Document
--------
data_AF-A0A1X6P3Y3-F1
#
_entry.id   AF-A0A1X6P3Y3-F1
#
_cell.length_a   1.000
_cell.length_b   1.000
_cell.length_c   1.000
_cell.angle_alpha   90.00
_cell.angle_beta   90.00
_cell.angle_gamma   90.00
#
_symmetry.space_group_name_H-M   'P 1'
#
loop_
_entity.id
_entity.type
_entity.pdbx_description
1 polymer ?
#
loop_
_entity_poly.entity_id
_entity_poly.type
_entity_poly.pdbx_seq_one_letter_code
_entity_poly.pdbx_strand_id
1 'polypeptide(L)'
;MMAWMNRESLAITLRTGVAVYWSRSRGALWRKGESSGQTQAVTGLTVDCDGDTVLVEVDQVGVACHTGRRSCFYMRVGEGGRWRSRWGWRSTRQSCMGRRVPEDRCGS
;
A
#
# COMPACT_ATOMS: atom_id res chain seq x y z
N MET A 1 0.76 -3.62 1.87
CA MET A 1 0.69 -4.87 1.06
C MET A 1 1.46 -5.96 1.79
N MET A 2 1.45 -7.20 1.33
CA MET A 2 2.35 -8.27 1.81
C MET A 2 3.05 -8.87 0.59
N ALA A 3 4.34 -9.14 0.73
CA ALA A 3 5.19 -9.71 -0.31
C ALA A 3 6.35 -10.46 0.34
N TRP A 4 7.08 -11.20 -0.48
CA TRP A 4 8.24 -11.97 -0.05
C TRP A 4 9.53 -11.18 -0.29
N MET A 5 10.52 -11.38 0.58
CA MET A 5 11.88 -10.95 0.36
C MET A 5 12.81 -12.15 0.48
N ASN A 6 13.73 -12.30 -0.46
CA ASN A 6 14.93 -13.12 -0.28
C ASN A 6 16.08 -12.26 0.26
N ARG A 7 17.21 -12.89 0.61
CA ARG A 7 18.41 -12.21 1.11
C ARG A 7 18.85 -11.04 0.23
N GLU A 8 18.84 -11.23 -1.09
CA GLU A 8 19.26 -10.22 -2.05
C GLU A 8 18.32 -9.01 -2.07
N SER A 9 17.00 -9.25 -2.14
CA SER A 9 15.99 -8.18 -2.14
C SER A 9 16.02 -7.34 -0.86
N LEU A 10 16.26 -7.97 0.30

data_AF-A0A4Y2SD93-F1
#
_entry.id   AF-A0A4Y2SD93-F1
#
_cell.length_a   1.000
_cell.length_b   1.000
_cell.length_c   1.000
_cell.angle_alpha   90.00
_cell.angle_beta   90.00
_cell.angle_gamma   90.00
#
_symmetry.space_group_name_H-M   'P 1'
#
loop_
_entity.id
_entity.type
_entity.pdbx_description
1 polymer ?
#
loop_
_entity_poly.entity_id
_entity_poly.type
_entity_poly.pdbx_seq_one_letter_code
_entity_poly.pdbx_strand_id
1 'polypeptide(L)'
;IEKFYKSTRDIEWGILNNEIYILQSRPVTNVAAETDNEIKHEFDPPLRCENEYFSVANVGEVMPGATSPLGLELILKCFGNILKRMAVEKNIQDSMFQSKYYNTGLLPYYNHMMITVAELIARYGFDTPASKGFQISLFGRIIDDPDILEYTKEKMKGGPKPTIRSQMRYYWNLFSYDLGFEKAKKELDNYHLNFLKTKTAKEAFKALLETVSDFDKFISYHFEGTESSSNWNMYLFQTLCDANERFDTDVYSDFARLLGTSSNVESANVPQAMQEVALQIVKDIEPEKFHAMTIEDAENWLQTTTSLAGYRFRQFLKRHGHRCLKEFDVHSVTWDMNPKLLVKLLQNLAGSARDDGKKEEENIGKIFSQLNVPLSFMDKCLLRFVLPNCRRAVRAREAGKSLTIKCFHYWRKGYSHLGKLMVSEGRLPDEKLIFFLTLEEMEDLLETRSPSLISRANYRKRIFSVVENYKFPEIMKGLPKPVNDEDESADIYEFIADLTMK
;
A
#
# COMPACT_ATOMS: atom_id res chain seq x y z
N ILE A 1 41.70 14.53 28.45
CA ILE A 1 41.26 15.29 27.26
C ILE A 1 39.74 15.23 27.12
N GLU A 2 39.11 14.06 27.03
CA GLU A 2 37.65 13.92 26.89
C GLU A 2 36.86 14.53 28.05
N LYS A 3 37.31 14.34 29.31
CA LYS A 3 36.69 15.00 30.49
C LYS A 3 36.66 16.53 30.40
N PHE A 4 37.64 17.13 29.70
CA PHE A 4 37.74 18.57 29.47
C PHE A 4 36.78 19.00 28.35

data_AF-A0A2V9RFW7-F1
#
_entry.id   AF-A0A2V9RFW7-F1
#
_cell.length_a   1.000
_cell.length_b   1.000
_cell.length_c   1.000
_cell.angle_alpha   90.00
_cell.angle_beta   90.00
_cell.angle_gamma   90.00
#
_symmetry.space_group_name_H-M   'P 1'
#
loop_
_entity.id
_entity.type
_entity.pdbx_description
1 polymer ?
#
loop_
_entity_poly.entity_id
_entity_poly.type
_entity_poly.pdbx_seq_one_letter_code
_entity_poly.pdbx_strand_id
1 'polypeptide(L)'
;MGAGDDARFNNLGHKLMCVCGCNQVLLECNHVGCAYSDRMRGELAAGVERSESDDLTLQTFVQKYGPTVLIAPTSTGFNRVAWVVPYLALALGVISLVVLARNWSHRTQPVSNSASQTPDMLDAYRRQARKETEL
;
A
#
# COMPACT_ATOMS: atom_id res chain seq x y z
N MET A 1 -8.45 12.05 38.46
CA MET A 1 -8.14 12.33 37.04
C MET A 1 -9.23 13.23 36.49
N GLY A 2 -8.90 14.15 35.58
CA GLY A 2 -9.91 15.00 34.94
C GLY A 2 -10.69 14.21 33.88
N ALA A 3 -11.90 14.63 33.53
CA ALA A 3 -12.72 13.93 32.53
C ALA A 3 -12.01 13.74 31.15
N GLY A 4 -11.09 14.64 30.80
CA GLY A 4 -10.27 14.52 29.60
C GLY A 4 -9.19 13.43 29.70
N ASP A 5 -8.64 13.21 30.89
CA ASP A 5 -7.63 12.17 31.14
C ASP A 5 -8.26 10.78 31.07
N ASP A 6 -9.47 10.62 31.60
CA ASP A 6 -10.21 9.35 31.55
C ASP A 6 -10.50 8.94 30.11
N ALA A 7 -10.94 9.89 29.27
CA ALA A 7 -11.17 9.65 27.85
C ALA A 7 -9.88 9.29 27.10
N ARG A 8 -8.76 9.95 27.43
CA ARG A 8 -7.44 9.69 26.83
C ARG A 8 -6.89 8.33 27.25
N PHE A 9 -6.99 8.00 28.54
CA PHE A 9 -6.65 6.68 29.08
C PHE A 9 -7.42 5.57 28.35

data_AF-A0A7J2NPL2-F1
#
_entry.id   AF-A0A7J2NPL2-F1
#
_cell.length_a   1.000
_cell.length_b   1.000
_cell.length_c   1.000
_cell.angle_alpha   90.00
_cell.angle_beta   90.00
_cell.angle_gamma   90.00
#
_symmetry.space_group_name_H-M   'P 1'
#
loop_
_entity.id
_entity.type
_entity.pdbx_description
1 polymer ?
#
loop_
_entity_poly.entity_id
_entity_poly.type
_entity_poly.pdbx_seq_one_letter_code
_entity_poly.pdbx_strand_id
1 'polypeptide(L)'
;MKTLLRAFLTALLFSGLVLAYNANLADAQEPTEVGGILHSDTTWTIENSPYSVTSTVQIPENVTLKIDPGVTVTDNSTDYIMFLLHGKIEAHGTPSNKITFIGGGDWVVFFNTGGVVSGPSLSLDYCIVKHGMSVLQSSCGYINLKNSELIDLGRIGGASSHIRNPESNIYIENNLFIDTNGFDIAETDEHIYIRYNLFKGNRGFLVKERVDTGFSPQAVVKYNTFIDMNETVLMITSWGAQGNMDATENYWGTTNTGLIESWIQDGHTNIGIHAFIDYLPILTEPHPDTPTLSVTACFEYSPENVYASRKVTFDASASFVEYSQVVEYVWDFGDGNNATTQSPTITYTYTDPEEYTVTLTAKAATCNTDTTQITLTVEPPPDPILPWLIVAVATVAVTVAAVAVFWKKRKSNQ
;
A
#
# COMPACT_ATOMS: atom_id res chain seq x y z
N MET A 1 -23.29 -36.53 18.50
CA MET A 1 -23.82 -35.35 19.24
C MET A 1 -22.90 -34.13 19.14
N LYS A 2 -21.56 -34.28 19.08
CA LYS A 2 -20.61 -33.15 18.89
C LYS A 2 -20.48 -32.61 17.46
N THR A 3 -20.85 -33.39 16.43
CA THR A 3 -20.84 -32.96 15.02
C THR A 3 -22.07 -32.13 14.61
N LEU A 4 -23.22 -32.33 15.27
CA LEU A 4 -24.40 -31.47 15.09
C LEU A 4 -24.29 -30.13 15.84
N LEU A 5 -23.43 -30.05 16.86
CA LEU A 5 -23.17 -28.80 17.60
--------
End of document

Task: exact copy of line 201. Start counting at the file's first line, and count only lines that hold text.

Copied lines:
CA LEU A 5 -23.17 -28.80 17.60